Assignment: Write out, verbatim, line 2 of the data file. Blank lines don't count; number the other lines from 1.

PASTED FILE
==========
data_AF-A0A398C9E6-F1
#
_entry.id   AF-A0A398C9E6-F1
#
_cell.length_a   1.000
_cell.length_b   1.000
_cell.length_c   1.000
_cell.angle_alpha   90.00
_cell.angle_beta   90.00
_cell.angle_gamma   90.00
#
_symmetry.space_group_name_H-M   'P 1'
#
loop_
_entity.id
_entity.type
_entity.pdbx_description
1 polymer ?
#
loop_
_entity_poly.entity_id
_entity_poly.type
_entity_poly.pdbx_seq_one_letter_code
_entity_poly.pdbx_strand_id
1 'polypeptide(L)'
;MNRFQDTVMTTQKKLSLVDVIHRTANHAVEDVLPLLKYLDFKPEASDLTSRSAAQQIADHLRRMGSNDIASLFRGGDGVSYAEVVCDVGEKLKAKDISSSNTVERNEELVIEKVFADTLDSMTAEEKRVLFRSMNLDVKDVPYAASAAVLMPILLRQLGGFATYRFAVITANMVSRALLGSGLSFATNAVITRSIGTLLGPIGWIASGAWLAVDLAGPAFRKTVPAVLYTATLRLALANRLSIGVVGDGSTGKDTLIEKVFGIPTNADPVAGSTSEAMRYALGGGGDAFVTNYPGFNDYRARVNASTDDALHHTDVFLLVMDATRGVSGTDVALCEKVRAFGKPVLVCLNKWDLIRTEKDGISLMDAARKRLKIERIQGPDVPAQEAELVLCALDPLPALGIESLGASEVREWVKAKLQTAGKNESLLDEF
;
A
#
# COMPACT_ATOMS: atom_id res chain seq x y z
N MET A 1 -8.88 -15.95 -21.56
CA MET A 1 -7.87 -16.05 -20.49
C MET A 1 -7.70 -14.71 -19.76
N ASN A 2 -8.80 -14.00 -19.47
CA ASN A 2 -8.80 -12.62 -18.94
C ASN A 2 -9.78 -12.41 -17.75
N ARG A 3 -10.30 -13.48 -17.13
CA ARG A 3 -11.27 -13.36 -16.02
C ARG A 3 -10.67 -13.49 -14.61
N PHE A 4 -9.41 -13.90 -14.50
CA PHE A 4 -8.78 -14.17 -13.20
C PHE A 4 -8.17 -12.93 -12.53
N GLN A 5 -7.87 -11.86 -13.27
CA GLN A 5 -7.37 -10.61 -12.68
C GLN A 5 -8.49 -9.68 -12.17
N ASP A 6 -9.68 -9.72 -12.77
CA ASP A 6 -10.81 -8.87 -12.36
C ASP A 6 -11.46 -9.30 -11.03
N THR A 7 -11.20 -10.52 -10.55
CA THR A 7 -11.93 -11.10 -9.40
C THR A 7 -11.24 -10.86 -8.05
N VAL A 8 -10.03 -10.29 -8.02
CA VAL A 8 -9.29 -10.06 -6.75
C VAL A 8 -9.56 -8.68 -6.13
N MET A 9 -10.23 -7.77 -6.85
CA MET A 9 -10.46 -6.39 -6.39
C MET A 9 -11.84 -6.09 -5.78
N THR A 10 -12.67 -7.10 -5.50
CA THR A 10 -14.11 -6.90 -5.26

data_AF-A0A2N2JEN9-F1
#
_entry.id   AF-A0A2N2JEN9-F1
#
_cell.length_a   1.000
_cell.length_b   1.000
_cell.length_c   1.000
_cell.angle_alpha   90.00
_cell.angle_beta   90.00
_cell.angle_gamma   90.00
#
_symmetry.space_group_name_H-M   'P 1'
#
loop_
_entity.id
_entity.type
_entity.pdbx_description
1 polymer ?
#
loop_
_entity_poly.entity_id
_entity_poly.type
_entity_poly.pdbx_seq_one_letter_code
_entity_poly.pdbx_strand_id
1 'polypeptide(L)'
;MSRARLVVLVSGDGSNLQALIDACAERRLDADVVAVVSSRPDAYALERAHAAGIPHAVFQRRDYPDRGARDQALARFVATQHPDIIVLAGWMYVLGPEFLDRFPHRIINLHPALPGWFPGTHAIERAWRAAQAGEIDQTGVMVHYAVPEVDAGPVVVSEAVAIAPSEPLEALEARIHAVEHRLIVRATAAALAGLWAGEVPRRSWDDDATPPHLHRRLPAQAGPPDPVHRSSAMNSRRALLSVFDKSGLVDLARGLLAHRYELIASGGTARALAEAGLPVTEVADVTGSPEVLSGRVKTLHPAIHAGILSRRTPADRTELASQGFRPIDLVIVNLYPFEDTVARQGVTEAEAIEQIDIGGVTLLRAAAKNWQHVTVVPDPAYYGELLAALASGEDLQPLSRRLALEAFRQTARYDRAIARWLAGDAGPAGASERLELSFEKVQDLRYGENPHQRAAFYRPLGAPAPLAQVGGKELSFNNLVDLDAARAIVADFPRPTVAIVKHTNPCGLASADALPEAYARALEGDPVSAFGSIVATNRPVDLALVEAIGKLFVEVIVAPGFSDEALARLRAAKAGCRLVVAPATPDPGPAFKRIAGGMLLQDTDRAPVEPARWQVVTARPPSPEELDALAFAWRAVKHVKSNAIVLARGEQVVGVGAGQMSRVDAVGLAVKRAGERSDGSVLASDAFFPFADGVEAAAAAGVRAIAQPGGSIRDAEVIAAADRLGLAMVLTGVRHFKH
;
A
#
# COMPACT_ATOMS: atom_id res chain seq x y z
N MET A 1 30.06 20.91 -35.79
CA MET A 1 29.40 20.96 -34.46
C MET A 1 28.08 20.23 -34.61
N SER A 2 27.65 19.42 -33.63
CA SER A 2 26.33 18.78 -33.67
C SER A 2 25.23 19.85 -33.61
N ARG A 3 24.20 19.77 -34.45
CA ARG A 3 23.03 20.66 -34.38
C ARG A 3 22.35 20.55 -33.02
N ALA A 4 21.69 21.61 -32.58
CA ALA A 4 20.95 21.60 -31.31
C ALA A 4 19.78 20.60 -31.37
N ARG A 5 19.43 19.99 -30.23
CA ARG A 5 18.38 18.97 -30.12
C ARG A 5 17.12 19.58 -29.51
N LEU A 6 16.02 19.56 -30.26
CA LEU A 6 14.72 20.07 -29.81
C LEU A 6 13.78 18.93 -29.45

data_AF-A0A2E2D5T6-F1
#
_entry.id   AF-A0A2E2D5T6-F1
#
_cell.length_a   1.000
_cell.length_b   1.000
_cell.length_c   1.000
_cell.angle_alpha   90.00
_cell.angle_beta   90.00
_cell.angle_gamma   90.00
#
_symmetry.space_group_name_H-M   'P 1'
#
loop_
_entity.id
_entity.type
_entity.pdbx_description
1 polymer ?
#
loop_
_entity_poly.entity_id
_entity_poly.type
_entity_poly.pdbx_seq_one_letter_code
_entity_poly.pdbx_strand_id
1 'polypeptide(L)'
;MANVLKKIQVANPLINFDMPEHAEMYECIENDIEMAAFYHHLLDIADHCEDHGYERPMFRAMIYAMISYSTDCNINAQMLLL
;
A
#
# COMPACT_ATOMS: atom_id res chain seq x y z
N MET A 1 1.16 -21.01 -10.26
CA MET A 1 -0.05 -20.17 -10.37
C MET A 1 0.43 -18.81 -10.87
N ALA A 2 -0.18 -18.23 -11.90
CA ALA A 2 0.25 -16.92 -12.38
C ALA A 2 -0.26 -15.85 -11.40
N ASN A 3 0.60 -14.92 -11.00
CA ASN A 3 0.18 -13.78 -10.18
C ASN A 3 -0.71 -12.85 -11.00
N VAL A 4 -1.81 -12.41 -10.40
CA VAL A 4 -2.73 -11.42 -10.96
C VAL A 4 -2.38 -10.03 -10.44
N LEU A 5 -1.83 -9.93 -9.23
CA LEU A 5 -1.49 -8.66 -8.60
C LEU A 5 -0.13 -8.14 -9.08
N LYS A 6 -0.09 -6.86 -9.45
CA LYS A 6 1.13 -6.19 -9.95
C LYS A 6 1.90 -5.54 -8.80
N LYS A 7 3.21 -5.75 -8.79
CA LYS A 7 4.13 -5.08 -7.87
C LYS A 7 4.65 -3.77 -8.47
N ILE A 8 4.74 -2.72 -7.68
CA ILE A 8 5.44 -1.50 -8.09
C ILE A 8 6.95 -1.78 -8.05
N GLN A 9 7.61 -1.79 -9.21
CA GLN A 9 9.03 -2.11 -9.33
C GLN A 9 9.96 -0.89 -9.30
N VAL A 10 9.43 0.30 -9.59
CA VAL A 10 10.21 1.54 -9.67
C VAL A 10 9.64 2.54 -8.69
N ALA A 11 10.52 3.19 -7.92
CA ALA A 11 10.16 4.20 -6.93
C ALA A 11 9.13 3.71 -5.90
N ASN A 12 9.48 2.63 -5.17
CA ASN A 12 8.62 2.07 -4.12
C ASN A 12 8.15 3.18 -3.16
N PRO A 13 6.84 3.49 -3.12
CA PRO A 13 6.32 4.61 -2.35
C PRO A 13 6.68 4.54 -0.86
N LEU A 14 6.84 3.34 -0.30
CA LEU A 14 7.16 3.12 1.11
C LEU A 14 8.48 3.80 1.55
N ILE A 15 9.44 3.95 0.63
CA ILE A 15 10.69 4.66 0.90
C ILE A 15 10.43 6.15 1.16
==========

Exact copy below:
#